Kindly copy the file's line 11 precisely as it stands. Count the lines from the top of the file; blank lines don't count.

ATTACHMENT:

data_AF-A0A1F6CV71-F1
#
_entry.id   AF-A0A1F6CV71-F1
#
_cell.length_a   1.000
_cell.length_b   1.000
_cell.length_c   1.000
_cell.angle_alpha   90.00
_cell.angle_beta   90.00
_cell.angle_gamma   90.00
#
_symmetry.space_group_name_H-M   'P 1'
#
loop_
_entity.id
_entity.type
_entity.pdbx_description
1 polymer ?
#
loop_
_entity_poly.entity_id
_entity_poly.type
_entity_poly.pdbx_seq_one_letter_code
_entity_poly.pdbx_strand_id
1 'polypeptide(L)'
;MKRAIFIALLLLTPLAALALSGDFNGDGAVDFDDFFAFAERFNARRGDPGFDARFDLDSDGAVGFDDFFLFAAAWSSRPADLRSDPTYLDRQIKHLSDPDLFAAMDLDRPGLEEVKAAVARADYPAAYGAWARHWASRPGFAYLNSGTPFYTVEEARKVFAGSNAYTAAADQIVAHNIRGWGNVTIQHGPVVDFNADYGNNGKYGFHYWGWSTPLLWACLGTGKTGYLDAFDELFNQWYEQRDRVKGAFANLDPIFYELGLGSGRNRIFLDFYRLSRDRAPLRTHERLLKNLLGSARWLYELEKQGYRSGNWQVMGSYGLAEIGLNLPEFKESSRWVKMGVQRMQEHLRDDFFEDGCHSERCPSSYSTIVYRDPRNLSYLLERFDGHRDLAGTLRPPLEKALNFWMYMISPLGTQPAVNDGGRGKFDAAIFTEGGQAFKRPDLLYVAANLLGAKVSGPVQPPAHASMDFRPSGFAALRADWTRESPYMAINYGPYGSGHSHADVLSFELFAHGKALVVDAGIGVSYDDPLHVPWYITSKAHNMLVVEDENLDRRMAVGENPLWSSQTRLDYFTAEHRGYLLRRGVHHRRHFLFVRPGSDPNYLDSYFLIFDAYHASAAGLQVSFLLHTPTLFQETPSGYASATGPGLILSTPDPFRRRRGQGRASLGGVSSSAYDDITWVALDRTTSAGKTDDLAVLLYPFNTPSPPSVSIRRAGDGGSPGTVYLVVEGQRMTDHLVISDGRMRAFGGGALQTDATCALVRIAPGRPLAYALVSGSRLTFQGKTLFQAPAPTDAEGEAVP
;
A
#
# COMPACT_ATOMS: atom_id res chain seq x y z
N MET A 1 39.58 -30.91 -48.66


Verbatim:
#